Joe and Katy Kindred, the owners of Kindred in Davidson, spent months searching for ideas for a dinner for the Southern Foodways summer symposium, El Sur Latino. Here are a few of their favorite discoveries.
▪ Lake Todd Fish Camp, outside Concord. With their second restaurant, Hello Sailor, expected to open in August, the Kindreds have been visiting fish camps all over the state: “I can taste tartar sauce in my sleep,” Joe Kindred admits. This place, though, was a classic they didn’t know. It inspired Joe to include whole N.C.-caught fish in his SFA dinner (they’re hoping for flounder).
▪ Mily & Lalo, the Peruvian restaurant at 3210 N. Sharon Amity Road. They both flipped over the corn nuts on the ceviche and a fried fish platter with a sweated onion relish. They’ve been working on “the perfect corn nut” ever since.
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▪ Sav/Way Food’s sandwich counter. Tom Hanchett introduced the Kindreds to the chorizo torta here, and they took Southern Foodways Alliance’s John T. Edge to try it. Edge told The Observer about it, and we shared it with readers in March, setting off a stampede. (You’re welcome.)
▪ Sav/Way Food’s aisles and produce section. Katy Kindred is a fan of shopping here: “If you’re a cook, go and explore. That place is a treasure.” For the Future Tense Dinner, they’ll serve smoked Appalachian trout from Sunburst Farms topped with bergamot, pipicha – Mexican coriander – coconut and a regional sour cream called creme guatelatecca, inspired by flavors they found here.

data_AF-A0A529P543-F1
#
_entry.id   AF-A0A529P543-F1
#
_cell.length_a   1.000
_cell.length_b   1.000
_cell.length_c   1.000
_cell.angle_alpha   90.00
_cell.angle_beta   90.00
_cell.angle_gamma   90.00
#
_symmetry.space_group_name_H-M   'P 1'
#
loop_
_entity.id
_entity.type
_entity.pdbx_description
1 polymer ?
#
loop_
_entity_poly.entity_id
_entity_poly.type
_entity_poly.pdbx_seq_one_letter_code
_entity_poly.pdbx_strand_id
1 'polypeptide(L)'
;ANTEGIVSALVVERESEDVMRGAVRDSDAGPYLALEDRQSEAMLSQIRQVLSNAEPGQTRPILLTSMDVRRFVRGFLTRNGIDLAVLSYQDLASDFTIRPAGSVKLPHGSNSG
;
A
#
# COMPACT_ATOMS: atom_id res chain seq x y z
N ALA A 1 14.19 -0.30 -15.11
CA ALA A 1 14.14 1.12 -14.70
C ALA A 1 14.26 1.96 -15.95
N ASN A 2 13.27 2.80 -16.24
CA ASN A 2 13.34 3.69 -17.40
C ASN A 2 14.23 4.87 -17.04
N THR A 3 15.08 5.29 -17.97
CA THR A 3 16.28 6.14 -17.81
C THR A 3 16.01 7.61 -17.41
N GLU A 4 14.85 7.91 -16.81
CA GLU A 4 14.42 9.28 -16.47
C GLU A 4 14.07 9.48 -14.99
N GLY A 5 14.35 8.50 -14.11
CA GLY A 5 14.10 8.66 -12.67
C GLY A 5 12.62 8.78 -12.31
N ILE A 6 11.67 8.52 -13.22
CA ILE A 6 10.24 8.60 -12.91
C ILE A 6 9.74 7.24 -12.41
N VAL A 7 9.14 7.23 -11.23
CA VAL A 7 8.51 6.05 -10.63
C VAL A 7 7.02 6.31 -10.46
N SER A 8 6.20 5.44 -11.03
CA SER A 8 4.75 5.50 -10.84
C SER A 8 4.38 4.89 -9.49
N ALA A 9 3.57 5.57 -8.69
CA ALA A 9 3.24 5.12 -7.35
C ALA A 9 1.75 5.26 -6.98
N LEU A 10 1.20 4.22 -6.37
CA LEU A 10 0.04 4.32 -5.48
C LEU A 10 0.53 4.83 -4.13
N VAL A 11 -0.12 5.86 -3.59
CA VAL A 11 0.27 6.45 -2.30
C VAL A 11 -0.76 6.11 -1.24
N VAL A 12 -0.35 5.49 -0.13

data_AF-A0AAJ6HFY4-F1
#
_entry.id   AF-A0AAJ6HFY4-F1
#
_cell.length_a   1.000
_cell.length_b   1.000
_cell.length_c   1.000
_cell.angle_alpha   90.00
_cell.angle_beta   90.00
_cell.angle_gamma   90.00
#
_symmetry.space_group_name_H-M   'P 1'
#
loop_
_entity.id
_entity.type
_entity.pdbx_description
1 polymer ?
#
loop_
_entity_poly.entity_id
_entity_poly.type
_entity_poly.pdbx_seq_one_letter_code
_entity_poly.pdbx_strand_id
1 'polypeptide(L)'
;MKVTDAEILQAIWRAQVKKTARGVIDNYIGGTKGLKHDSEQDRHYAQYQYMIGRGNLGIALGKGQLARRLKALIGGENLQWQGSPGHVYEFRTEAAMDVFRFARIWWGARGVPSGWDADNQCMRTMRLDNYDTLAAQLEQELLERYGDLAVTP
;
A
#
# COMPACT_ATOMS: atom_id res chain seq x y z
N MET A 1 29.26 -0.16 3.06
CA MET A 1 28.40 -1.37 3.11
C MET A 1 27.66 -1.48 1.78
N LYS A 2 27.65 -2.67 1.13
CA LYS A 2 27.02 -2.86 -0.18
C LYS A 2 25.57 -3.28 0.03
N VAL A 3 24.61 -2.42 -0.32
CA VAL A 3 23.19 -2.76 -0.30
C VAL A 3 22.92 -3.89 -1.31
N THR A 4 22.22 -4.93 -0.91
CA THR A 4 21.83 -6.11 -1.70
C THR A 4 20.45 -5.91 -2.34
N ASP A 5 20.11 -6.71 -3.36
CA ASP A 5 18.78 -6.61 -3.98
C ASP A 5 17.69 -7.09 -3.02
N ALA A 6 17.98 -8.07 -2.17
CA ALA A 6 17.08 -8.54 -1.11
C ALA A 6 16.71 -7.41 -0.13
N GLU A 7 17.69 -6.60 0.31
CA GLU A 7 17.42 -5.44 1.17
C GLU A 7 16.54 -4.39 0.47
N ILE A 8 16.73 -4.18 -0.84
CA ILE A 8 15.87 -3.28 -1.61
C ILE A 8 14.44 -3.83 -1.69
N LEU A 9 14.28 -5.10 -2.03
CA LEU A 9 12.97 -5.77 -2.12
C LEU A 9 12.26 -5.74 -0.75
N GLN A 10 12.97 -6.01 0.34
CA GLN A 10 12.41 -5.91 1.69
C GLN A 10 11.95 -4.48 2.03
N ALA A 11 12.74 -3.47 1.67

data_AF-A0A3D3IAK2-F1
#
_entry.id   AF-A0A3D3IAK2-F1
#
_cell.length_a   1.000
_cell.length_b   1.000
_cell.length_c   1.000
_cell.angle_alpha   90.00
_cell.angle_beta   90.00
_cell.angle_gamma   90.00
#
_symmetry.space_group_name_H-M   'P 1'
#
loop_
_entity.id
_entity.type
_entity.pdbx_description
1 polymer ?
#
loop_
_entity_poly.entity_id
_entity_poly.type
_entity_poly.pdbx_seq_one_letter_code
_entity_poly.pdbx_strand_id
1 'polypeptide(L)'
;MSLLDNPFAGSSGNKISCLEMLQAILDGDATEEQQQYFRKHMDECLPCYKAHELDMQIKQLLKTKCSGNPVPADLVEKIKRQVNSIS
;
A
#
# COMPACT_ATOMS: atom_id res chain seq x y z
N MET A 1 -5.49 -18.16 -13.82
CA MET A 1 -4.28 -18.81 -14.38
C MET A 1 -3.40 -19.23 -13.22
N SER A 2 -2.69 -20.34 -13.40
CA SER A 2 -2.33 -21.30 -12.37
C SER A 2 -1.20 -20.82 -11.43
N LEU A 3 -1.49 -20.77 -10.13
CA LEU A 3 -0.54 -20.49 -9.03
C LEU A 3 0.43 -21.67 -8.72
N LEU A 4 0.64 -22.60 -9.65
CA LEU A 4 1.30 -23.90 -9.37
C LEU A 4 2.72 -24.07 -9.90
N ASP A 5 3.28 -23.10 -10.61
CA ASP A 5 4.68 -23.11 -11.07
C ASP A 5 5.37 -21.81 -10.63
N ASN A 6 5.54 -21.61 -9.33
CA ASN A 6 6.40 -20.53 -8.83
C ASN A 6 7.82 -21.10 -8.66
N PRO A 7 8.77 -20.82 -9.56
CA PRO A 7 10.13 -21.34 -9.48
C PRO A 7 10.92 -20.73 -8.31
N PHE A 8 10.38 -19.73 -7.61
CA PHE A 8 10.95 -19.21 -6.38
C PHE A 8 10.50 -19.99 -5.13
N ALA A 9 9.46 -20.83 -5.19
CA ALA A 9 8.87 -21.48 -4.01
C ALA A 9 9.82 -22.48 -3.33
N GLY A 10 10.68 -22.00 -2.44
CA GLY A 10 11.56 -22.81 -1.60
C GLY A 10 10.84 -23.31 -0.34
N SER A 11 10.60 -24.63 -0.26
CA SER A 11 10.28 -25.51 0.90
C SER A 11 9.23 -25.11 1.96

▪ Mexican-style fruit cups. At Mini-Super El Nevado, the small market next door to Tacos El Nevado on Central Avenue, the Kindreds found a man making fruit cups topped with lime syrup and cayenne pepper. (He has since stopped making them there, although you can find them at the Open Air Market, 5471 Central Ave., on Saturdays and Sundays.) It was a taste memory for them: When they were dating in Chicago, Katy lived in an area called Pilsen, a working-class area with a heavily Latino population. When Joe would visit her, they’d buy fruit cups from a street vendor. “It was moving (to find them again),” Joe says. “I’m not going to lie.”